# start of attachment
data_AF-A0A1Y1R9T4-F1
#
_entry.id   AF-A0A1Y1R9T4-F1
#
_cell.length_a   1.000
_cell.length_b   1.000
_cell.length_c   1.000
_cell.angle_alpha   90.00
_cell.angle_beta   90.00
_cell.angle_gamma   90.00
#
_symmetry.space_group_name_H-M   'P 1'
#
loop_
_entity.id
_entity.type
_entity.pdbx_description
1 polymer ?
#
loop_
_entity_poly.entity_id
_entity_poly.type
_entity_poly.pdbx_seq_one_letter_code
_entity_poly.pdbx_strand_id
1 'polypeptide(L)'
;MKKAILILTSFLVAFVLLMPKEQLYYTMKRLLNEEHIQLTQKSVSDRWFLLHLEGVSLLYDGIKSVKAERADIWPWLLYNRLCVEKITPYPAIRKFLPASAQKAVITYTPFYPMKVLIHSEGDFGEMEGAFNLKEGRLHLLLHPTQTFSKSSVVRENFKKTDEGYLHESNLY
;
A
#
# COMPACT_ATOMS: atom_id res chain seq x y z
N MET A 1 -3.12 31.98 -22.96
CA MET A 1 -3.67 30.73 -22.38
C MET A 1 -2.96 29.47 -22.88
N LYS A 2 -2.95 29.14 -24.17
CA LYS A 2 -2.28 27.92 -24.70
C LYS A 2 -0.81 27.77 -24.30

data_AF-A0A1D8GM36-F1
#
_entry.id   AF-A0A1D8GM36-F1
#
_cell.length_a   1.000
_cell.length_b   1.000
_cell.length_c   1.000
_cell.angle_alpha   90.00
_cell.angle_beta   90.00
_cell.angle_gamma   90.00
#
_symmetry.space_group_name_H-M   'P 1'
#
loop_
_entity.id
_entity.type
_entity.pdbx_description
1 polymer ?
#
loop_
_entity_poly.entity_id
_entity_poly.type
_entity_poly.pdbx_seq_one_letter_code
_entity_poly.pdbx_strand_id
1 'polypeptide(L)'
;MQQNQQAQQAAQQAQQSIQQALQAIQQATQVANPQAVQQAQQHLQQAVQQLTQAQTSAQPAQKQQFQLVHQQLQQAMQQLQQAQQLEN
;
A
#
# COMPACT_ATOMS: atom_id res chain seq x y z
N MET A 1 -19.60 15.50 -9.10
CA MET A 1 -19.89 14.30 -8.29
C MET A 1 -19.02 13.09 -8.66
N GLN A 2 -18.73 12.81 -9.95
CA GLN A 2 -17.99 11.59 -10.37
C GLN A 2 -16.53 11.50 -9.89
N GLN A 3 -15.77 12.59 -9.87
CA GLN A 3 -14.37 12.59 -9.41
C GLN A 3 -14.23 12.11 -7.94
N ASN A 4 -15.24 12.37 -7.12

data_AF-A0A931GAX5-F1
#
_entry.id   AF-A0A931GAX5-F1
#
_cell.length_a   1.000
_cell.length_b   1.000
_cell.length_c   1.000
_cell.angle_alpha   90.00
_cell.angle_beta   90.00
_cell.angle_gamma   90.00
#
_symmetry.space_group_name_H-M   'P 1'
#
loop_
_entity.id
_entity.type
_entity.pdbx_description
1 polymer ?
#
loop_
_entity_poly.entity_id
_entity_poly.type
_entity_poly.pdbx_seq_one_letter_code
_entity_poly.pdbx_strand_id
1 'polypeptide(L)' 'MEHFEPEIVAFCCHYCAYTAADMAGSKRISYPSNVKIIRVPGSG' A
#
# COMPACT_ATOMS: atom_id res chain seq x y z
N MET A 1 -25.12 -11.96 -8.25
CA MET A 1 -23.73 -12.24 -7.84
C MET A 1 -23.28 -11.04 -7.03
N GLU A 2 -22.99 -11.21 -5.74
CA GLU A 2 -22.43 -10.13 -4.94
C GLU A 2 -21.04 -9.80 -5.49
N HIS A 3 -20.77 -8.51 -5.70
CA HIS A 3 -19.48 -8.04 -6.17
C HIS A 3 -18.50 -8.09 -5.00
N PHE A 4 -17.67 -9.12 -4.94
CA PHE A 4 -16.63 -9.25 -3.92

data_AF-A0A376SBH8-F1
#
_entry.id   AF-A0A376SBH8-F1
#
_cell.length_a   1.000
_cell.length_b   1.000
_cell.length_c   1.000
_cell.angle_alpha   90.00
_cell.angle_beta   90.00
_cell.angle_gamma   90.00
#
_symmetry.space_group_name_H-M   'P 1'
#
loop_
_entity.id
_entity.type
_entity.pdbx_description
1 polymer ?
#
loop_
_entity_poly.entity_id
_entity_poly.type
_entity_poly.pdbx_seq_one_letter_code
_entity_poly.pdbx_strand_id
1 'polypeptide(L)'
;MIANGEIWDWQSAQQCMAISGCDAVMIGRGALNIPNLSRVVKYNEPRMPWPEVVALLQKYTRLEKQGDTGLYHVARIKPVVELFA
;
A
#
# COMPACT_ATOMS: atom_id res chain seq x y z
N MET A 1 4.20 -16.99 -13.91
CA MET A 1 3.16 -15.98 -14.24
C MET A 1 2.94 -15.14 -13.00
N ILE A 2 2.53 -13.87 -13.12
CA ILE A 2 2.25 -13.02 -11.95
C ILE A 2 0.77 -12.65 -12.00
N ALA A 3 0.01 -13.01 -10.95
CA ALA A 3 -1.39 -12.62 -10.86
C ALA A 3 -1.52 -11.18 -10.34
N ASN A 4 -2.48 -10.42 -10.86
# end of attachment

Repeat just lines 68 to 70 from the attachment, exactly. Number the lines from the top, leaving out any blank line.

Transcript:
CA MET A 1 -19.89 14.30 -8.29
C MET A 1 -19.02 13.09 -8.66
N GLN A 2 -18.73 12.81 -9.95